Elective surgeries were largely postponed or stopped entirely as the COVID-19 pandemic bore down on us. But as incidence and infection rates begin to taper off, the focus in many hospitals and surgery centers is turning to how they will “ramp up” to prepare for elective surgeries again. Understanding the current protocols, e.g., beds, testing, operating rooms (ORs) and potential constraints, e.g., workforce, supply chain, while keeping a watchful eye on subsequent waves of COVID-19 continue to be important.
For cancer patients it is equally important that they know how to address their specific concerns or questions about their safety while entering the hospital and undergoing surgery. Communication is a shared responsibility between the surgeon and patient. No questions or concerns should be considered “off limits” during these discussions. In fact, the questions patients ask, which have always been important, are now more meaningful than ever during the pandemic.
The American College of Surgeons has developed a Toolkit, Preparing to Have Surgery During the Time of COVID-19, for use by surgeons and patients alike.
The Surgeon’s Toolkit is a comprehensive resource containing press release copy, social media templates and images, a video script, and other informational materials. The Toolkit may be shared with members of the Cancer Committee, Breast Program Leadership Committee (BPLC), all other surgeons, residents, advanced nurse practitioners, and navigators.
The Patient’s Toolkit includes some information on how the patient might open a discussion with their surgeon and a worksheet that that can be completed during the visit. Cancer Centers might consider providing this guide to their patients prior to their consultation with a surgeon.
Questions a patient might ask include:
- What can I expect when I arrive for my appointment?
- What security measures or steps will be taken when I arrive for check-in?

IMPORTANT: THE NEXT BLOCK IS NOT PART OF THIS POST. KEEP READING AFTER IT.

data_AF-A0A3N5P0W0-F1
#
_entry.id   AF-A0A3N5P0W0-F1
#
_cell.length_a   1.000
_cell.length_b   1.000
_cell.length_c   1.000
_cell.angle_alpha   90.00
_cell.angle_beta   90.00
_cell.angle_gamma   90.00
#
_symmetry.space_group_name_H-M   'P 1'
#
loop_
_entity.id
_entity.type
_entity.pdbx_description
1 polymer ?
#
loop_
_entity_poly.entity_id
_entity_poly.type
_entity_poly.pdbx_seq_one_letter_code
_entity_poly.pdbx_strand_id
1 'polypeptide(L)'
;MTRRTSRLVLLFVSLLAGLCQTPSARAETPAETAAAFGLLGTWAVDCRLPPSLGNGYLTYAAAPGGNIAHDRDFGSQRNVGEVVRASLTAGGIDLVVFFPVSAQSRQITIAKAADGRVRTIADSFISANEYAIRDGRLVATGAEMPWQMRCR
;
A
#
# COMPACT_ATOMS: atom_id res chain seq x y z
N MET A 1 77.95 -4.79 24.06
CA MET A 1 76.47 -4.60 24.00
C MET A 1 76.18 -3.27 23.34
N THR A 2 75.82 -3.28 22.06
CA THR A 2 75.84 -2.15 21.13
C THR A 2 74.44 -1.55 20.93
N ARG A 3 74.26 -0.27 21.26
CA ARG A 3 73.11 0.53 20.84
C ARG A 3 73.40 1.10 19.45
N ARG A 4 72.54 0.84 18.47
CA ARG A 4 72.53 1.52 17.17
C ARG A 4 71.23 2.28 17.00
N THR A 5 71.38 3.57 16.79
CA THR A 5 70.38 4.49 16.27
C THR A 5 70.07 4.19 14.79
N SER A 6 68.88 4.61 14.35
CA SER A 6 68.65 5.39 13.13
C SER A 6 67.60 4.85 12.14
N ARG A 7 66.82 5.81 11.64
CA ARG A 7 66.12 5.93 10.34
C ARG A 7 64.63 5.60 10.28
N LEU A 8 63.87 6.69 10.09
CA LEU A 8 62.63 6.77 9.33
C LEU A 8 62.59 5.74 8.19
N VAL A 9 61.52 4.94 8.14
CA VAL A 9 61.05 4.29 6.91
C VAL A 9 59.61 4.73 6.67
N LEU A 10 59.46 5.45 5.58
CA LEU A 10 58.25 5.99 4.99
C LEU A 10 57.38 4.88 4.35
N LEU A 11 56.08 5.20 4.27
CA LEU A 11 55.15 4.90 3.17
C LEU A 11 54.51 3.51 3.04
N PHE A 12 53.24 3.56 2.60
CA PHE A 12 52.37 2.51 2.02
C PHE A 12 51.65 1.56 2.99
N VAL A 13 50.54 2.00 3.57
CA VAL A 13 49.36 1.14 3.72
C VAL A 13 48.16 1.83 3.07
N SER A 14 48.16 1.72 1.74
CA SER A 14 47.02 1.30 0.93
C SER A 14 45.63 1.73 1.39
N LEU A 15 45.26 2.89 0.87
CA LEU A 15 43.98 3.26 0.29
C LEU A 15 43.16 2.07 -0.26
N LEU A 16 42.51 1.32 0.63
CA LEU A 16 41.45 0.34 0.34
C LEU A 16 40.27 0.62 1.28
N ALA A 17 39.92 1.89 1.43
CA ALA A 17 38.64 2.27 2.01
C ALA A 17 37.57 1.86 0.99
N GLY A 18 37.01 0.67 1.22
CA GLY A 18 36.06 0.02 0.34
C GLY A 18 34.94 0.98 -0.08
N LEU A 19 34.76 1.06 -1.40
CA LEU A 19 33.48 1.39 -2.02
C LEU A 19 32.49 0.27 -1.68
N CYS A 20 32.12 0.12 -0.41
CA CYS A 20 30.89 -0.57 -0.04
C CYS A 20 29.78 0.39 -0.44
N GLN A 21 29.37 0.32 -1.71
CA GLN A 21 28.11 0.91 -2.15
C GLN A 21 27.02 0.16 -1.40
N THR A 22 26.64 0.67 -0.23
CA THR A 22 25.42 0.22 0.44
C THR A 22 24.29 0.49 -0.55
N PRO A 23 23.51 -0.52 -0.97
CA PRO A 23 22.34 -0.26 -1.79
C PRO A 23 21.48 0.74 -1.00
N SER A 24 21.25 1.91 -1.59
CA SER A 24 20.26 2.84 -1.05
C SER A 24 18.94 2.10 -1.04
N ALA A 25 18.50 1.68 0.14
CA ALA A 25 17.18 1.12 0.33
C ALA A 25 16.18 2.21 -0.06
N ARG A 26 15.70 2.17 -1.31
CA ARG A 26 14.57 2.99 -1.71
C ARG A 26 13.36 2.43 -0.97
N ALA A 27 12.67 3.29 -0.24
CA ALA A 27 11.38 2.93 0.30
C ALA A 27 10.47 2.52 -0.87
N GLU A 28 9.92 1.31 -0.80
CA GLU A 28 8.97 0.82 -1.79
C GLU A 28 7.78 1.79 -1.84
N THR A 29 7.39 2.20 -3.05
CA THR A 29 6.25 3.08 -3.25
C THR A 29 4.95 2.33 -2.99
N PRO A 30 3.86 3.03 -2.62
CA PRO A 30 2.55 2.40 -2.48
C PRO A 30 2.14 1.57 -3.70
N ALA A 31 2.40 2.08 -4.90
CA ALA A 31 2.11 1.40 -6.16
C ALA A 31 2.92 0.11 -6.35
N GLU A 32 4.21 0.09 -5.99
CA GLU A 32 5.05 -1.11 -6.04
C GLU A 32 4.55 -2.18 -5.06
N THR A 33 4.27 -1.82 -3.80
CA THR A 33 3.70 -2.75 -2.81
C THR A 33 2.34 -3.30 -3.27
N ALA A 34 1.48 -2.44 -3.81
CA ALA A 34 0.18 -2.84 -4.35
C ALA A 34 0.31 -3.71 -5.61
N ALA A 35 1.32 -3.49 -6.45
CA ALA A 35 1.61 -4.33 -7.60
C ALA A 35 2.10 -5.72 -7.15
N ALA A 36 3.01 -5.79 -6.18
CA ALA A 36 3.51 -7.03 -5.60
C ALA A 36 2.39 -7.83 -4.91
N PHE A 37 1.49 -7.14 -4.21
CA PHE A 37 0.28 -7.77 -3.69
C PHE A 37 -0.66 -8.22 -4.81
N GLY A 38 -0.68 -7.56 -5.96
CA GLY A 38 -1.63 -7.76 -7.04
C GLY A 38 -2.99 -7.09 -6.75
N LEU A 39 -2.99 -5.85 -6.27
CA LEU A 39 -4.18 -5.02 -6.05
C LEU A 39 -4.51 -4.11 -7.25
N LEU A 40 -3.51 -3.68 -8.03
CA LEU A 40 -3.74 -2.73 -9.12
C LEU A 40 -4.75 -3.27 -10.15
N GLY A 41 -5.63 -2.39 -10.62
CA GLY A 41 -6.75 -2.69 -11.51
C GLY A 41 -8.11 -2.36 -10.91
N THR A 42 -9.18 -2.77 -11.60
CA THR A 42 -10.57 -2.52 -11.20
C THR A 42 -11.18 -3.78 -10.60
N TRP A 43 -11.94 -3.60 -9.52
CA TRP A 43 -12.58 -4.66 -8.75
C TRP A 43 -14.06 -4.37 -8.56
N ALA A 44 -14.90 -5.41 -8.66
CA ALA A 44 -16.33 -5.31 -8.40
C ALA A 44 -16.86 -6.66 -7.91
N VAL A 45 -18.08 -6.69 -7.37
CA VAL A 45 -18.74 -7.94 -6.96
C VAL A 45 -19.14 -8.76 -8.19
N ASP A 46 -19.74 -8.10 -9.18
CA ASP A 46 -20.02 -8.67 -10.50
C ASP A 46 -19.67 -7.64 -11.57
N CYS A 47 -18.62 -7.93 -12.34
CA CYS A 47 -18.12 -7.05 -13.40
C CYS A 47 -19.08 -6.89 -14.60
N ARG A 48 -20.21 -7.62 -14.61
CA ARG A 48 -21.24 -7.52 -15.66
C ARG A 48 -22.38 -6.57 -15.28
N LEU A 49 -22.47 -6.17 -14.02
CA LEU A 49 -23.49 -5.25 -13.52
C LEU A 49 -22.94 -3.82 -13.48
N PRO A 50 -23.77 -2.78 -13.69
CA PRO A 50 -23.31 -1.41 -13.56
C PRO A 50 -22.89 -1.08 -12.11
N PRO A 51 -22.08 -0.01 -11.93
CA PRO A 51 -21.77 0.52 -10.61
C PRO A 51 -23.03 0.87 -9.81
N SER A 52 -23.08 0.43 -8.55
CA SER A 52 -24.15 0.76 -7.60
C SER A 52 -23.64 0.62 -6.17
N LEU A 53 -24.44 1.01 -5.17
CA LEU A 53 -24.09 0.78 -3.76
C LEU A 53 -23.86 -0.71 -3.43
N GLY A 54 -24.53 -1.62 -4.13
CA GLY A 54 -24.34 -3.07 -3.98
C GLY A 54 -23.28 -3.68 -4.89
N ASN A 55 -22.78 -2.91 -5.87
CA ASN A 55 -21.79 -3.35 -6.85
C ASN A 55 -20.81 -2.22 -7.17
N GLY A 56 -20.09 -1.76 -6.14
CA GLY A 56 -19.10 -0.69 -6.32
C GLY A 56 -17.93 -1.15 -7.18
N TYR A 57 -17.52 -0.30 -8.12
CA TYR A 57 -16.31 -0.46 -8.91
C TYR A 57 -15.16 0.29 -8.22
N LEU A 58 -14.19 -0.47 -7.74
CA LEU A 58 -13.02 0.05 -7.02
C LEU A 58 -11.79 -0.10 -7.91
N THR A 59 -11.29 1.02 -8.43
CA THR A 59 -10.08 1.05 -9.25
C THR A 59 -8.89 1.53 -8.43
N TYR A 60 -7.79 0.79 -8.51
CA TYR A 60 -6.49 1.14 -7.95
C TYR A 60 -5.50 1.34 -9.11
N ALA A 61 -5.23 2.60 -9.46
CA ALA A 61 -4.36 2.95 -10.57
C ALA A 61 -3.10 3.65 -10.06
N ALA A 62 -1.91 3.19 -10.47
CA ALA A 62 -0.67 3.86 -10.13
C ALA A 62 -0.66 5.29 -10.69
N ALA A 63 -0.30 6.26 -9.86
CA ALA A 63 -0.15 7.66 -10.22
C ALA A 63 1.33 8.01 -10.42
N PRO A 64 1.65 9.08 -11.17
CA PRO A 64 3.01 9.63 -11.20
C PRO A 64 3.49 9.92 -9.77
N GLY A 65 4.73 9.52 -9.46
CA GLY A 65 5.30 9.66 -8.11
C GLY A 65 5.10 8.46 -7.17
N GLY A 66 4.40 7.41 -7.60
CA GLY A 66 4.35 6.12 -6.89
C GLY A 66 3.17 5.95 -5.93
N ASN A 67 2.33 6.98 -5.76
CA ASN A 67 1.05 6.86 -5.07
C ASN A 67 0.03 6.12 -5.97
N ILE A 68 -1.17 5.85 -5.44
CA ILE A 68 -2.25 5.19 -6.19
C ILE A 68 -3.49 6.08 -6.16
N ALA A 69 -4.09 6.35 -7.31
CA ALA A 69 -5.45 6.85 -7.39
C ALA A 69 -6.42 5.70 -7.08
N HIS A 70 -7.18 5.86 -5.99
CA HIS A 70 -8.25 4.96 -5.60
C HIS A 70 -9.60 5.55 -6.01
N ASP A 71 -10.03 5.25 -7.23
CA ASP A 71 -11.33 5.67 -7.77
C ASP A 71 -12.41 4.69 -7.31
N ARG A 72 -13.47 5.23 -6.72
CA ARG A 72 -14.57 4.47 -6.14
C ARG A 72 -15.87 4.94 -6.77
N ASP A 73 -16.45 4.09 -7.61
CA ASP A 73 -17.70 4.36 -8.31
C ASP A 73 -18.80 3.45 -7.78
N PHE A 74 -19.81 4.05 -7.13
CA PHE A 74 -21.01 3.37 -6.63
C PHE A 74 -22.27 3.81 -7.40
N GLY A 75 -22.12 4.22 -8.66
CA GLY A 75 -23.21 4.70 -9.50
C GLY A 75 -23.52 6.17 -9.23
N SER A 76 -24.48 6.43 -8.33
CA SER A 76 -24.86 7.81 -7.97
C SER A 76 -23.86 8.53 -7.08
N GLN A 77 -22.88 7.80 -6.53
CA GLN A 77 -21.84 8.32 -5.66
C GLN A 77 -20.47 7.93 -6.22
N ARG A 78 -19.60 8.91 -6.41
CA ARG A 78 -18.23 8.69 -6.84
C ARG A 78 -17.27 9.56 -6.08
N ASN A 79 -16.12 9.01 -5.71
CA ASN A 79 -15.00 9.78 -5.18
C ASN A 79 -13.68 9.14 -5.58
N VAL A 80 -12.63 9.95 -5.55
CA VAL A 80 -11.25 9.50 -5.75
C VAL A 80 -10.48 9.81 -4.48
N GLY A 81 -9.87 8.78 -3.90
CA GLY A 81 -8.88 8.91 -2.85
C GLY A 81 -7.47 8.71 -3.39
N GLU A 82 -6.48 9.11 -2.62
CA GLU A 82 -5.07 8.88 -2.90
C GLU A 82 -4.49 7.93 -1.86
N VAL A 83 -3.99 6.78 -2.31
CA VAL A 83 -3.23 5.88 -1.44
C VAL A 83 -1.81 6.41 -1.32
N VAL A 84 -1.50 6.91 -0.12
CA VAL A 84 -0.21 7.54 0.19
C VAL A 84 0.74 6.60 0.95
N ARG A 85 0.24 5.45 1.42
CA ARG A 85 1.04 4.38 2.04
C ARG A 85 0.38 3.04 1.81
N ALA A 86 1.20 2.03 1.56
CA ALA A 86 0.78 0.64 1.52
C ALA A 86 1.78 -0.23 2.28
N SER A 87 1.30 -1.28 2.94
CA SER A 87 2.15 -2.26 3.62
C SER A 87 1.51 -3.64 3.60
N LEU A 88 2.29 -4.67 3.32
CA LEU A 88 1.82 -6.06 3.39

- When I arrive, do I come inside, or should I wait in my car to be called?
- Will my insurance coverage or personal financial obligations be taken care of before I arrive, or do I need to meet with someone in person?
- Do I need to wear a mask? Will the physicians and staff at the center be wearing masks?
- Will I be waiting for my procedure in a room with other patients?
- What are the facilities policies and procedures for cleaning and sanitizing the operating room or patient waiting areas?
- Do I need to be tested, or re-tested, for COVID-19 prior to my procedure?
- Have the surgeons and staff at the facility been tested for COVID-19 or have they been vaccinated?
- Will patients receiving treatment for COVID-19 in the facility be in the same patient care areas or waiting rooms where I will be?
- Do I need to spend the night in the hospital? If so, what is being done to ensure I am not exposed to the virus while I am there?
- Can I bring a family member or friend to the hospital with me? And, if I can bring someone, what precautions should they take and where will they be able to wait while I am having my procedure?
- How will my family or friends be updated about my condition?
- Instead of returning to the facility for a follow-up visit, can a video or home health visit be arranged?
Whatever their concerns, cancer patients must understand that their surgeon and healthcare team want to answer all their questions prior to the surgery. A patient’s well being and recovery from surgery will be greatly improved with stress and worry are eliminated.
To download a free Toolkit, click here.
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